The Iowa Caucus Fiasco Is What Happens When Management Ignores Workers

The Iowa Caucus Fiasco Is What Happens When Management Ignores Workers

The Iowa Caucus Fiasco Is What Happens When Management Ignores Workers

The managerial class has deluded itself into thinking it can run corporations—even an entire economy—with brainstorming sessions.

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The Iowa Caucus was a disaster. The app for tabulating votes, which was developed in secret by a for-profit company named Shadow Inc, failed. It was essentially untested, and when it could not accurately count the votes, the results were delayed for days.

The fiasco in Iowa is not unique; new technology keeps producing such mishaps. Boeing’s 737 Max has been beset with safety issues: Corners were reportedly knowingly cut, pilots were not trained in new systems, and single points of failure were introduced, resulting in two fatal crashes and an extended grounding of the plane. In Michigan, the state developed an algorithm to detect unemployment insurance fraud, and it proceeded to falsely accuse 34,000 individuals of fraud. It’s not only negligence that leads to technological failures. In 2015, for example, it was discovered that Volkswagen had designed and implemented a device to make diesel vehicles appear to meet environmental regulations when being tested. Six executives were criminally charged.

These incidents as well as the mundane workplace struggles against uncooperative corporate software point to a much larger shift. Across industries and institutions, an upper managerial class has expanded rapidly alongside the equally astronomic rise of consultants selling software, services, and advice to companies. In the last few decades, administrative roles and costs in both health care and higher education have grown. In other industries, power and pay have been concentrated at the top. What we are witnessing, in the academic terminology of the anthropologist David Graeber, is an explosion of bullshit jobs. Aside from software and reports, this growing sector of the economy produces nothing, cleans nothing, fixes nothing, maintains nothing—and, at the end of the day, manages nothing.

Yet this cadre of management has not only been granted exorbitant salaries. Insisting on its own importance, it also reproduces itself by calling for more and more management. Just like the old quip that you need a lawyer because the other party’s lawyer will only talk to a lawyer, management has become ubiquitous because managers will only take other managers or expensive consultants seriously.

In order to pay for all this management, costs must be cut, and so companies and institutions are hollowed out: Those who stay and advance become upper management, and those who are directly involved in the production of goods and services are increasingly outsourced, automated, or replaced by contract workers. Management dreams of a capitalism without labor: workers replaced not by robots, but by an endless series of projects, meetings, and brainstorming sessions. This managerial class has deluded itself into thinking it can run corporations, even an entire economy, without workers. So, it overplays its hand, getting rid of the very workers who know how to make things run.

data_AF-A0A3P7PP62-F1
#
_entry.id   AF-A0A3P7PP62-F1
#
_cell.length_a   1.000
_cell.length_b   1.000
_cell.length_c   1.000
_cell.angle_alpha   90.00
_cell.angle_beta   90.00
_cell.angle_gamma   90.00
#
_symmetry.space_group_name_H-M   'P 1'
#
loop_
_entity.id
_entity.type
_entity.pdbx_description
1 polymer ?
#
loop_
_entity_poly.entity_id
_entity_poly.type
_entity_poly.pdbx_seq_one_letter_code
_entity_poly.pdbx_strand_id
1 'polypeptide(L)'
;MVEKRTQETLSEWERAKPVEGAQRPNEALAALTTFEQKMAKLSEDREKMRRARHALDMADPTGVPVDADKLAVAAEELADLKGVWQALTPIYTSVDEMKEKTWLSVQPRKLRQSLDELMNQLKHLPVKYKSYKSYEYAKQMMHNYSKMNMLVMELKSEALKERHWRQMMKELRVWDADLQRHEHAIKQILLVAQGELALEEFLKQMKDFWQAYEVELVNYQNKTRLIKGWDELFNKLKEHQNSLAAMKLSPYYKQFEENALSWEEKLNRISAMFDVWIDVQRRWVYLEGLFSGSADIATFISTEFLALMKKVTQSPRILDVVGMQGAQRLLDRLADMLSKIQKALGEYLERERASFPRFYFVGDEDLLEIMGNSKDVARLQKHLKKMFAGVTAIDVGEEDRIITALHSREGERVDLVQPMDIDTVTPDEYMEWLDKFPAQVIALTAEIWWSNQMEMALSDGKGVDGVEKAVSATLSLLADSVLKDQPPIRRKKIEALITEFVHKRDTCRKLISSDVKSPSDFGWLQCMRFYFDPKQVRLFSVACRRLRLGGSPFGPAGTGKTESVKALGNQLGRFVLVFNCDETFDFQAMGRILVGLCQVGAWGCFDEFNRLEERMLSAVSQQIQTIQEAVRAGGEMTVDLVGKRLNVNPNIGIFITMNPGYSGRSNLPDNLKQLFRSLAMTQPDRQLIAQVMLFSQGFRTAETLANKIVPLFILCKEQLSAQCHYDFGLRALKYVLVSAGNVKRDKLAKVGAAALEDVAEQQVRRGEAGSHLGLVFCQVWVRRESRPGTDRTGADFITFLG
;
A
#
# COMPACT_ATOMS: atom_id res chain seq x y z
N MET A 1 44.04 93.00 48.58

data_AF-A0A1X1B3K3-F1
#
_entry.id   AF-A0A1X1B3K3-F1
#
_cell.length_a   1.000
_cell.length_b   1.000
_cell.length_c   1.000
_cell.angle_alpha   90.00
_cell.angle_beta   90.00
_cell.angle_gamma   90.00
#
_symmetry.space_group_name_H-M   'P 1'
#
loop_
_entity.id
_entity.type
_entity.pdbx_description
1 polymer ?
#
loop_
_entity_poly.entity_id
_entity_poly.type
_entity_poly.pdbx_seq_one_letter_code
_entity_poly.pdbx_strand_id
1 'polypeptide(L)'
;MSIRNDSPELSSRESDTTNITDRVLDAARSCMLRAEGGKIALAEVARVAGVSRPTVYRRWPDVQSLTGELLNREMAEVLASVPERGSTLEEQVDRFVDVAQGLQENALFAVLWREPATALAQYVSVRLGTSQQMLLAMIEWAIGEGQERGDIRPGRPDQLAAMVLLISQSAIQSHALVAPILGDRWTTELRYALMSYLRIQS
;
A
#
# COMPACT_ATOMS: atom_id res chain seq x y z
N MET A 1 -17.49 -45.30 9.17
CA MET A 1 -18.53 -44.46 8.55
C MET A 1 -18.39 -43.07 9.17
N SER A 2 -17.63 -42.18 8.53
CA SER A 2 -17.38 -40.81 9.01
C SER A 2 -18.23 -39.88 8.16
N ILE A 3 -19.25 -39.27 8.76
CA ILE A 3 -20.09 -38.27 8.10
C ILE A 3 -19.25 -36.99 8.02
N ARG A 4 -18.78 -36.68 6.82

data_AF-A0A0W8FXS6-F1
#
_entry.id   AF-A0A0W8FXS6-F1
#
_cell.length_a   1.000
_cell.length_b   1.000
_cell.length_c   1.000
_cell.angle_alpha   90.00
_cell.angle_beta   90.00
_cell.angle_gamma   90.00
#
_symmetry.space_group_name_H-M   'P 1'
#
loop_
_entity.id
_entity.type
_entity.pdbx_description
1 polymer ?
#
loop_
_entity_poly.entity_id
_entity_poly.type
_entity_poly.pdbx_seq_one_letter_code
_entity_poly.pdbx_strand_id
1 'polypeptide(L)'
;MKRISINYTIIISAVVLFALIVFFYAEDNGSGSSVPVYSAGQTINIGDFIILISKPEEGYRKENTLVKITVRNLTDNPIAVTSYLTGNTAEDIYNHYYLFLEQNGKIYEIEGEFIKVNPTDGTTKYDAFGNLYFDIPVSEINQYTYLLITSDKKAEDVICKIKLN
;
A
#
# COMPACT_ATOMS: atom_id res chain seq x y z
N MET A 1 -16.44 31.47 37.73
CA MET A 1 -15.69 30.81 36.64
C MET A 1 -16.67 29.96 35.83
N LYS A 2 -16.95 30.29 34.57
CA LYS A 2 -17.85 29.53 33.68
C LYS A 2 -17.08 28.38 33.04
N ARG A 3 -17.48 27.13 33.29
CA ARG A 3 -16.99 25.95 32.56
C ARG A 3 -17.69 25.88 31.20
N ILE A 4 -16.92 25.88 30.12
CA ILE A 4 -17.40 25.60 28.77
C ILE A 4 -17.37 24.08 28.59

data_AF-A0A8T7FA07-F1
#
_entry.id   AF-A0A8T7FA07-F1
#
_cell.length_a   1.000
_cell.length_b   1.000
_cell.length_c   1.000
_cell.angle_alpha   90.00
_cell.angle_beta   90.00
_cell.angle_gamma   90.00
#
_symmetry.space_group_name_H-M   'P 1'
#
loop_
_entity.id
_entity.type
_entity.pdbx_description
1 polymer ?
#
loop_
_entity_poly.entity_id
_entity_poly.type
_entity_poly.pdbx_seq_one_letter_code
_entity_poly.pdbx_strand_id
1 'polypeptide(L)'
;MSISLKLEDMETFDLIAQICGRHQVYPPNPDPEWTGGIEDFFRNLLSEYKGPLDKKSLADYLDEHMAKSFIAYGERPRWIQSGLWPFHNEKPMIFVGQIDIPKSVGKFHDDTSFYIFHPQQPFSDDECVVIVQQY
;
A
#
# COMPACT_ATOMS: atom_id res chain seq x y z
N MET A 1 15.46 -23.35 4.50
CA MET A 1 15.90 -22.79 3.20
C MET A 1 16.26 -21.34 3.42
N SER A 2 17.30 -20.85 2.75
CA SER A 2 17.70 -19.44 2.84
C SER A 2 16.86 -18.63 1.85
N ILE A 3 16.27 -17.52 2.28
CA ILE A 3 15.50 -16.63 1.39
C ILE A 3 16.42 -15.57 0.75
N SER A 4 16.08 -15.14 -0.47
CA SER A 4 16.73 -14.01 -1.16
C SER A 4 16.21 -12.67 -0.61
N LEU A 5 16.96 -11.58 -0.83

We experience this directly with the increase of self-checkout lanes at the grocery store. The problem is not really the technology—or even the idea of automating various processes—rather it’s that what is often developed is intended to address a static and well-defined problem. In reality, the job of making airplanes, adjudicating fraud, tallying votes, or complying with regulations is complex, dynamic, and best managed by humans who have developed institutional knowledge. This is not to say that software and automation can never work, but rather that for it to work effectively, the software needs to be maintained, fixed, and updated as situations change.

The drive for automation and production at scale has been shaping capitalism since the industrial revolution. Moishe Postone calls this capitalism’s “treadmill dynamic,” where the drive for increased profits pushes companies to innovate, creating relative (but temporary) advantages. But what distinguishes our current epoch is a larger process wherein both capital (i.e., shareholders, investors, owners, etc.) and management’s relationship to businesses is increasingly extractive. The aim is to suck value from businesses’ mere existence rather than from the products produced or the workers employed. The mess in Iowa is not a one-off accident; it heralds a larger shift in institutional structure and ideology. As long as management continues to regard workers and their hard-won knowledge as irrelevant, it will continue to produce such disasters.

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